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An 83-year-old woman was admitted to the emergency department reporting a 3-day progressively worsening lumbar pain and fever. Her past medical history was remarkable for type 2 diabetes mellitus, class 3 chronic renal failure, repetitive urinary tract infections and hypothyroidism. On admission, the patient was pale, febrile with arterial hypotension, tachycardia and low peripheral oxygen saturation murphy renal sign was positive and the abdominal examination was normal. Laboratory results showed a severe anaemia (haemoglobin of 6 g/dl), leucocytosis (2.6×104 cells/μl), haematuria and leucocyturia. Amoxicillin and clavulanic acid, as well as, red blood cells transfusion were initiated. Abdominal CT revealed an enlarged left kidney with homogenous collection inside renal capsule consistent with a moderate perirenal haematoma (figure 1). Urgent left nephrectomy was performed 24 h after admission because of worsen anemia and haemodinamic instability. Macroscopically, the kidney had an irregular surface with multiple blood clots adhering to the external capsule. Over the course of 24 postoperative hours, the patient remained haemodynamically unstable and, despite adequate fluid resuscitation with blood transfusion, intravenous fluids and high doses of intravenous vasopressors (norepinephrine and dopamine), the patient died due to refractory shock with multiple-organ failure. Later, the microscopic examination of nephrectomy specimen confirmed acute and chronic pyelonephritis lesions with no signs of malignancy (figure 2); urine and blood cultures identified Klebsiella pneumonia (sensitive to β-lactamics).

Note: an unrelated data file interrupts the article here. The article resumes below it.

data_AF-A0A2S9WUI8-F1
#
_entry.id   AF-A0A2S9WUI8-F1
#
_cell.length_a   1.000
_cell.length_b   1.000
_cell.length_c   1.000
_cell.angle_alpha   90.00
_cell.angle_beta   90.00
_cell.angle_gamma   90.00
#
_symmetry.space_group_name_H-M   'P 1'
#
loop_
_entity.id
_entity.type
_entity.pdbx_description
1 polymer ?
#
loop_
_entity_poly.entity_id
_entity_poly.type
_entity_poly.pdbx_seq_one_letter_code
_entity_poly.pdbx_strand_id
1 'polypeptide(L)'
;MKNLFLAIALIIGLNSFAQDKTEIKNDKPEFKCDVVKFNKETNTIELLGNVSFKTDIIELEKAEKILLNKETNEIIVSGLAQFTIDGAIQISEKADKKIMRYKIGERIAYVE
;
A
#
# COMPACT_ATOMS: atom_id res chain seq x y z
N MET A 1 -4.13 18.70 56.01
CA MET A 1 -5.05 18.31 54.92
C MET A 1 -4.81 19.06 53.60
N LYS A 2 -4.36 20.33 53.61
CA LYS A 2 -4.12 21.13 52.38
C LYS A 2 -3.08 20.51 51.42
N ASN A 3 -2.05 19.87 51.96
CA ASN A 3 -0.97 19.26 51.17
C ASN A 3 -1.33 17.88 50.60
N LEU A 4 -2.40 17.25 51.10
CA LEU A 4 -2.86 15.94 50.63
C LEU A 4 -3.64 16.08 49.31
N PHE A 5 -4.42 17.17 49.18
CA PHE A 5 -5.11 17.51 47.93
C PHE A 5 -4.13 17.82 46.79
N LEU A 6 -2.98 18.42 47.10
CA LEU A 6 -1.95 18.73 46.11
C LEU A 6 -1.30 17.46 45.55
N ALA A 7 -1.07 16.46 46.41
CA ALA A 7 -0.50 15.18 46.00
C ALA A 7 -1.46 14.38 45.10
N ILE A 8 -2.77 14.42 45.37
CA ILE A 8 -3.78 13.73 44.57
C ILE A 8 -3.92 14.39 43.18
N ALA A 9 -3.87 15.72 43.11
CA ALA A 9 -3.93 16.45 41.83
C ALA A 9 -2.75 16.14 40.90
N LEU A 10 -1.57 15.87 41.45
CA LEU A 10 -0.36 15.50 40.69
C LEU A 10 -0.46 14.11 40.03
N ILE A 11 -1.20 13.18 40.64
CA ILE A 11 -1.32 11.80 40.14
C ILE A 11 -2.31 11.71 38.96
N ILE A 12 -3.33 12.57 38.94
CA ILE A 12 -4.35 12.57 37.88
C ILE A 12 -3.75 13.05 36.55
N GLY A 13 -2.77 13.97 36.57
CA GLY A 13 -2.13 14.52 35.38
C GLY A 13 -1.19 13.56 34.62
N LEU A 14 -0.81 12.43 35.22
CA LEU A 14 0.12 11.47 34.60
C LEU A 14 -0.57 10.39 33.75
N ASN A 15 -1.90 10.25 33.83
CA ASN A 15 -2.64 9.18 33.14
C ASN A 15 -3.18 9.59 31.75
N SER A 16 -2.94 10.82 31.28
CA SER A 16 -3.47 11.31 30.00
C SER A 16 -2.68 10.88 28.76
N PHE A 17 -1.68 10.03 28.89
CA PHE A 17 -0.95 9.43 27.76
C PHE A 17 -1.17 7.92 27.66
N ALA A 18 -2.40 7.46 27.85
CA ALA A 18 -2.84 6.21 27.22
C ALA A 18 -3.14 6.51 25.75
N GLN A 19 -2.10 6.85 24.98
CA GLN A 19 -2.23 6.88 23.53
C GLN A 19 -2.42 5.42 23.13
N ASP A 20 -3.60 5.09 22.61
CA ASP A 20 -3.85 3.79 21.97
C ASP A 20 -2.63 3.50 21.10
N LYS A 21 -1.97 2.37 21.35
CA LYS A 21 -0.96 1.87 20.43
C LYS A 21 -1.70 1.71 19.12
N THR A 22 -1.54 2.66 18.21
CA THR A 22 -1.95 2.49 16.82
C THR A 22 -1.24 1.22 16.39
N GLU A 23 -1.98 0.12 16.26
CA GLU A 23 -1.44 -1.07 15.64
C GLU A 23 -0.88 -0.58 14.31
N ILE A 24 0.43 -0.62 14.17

Perirenal haematoma may arise from a variety of situations and presentations range from mild lumbar pain to haemorragic shock.1 ,2 Although initially renal cell carcinoma was thought as the most common reason, 2.4% of cases were due to infection.2 We report a patient with K pneumonia pyelonephritis complicated with perirenal haematoma who presented with shock and was operated on. The correct sequence of events is difficult to establish. Based on her chronic structural nephropathy and previous history of urinary tract infections, absence of signs of aggravated anaemia in the days before admission, we interpreted as pyelonephritis complicated with perirenal haematoma instead of haematoma secondarily infected. In this regard, the mainstay of treatment is drainage and antibiotics as an adjunct to control sepsis and to prevent the spread of infection. Percutaneous drainage should be the initial modality of treatment but, in the presence of a perirenal haematoma, abscess cavities filled purulent fluid, markedly diseased non-functioning kidney and diabetes this procedure is relatively contraindicated, and in patients who are septic urgent intervention is required and nephrectomy (open or laparoscopic) is the classic treatment.3 Laparoscopic nephrectomy is difficult in cases of large renal mass, vascular anomalies or severe adhesion that occur in patients with repetitive urinary tract infection. Laparoscopic nephrectomy, especially with active infection, may be a high-risk procedure and should be, prudently, chosen.4 ,5 In our case, open nephrectomy was considered more feasible and safe than laparoscopic procedure.
The diagnosis of perirenal abscess is difficult based on clinical findings alone.
Serial CT scanning to confirm the diagnosis and to screen complications is useful.
The mainstay of treatment is drainage and antibiotics, however nephrectomy could be indicated.
High co morbidity and delay on diagnosis are factors of worse prognosis.
Competing interests None.
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